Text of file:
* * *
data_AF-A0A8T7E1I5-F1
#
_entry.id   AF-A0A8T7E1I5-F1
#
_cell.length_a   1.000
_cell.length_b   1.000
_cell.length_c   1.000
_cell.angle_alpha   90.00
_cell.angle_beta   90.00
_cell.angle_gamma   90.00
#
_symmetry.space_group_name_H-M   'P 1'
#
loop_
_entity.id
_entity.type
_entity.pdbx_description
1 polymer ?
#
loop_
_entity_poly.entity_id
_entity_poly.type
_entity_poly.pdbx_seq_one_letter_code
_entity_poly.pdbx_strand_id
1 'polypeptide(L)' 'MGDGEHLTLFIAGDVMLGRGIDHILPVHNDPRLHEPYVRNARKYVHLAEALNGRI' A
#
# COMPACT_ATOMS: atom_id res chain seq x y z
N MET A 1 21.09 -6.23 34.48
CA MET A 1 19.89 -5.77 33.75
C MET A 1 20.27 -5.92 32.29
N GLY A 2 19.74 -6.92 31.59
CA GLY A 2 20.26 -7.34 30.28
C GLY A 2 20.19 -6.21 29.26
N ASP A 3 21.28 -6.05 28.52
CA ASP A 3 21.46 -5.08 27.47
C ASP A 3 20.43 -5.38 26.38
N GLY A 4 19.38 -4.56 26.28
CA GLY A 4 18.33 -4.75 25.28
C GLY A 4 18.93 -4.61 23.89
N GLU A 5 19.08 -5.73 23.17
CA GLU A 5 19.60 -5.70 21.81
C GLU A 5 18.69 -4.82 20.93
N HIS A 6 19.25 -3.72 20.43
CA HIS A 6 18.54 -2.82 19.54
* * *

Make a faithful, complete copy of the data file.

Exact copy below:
data_AF-A0A8T7E1I5-F1
#
_entry.id   AF-A0A8T7E1I5-F1
#
_cell.length_a   1.000
_cell.length_b   1.000
_cell.length_c   1.000
_cell.angle_alpha   90.00
_cell.angle_beta   90.00
_cell.angle_gamma   90.00
#
_symmetry.space_group_name_H-M   'P 1'
#
loop_
_entity.id
_entity.type
_entity.pdbx_description
1 polymer ?
#
loop_
_entity_poly.entity_id
_entity_poly.type
_entity_poly.pdbx_seq_one_letter_code
_entity_poly.pdbx_strand_id
1 'polypeptide(L)' 'MGDGEHLTLFIAGDVMLGRGIDHILPVHNDPRLHEPYVRNARKYVHLAEALNGRI' A
#
# COMPACT_ATOMS: atom_id res chain seq x y z
N MET A 1 21.09 -6.23 34.48
CA MET A 1 19.89 -5.77 33.75
C MET A 1 20.27 -5.92 32.29
N GLY A 2 19.74 -6.92 31.59
CA GLY A 2 20.26 -7.34 30.28
C GLY A 2 20.19 -6.21 29.26
N ASP A 3 21.28 -6.05 28.52
CA ASP A 3 21.46 -5.08 27.47
C ASP A 3 20.43 -5.38 26.38
N GLY A 4 19.38 -4.56 26.28
CA GLY A 4 18.33 -4.75 25.28
C GLY A 4 18.93 -4.61 23.89
N GLU A 5 19.08 -5.73 23.17
CA GLU A 5 19.60 -5.70 21.81
C GLU A 5 18.69 -4.82 20.93
N HIS A 6 19.25 -3.72 20.43
CA HIS A 6 18.54 -2.82 19.54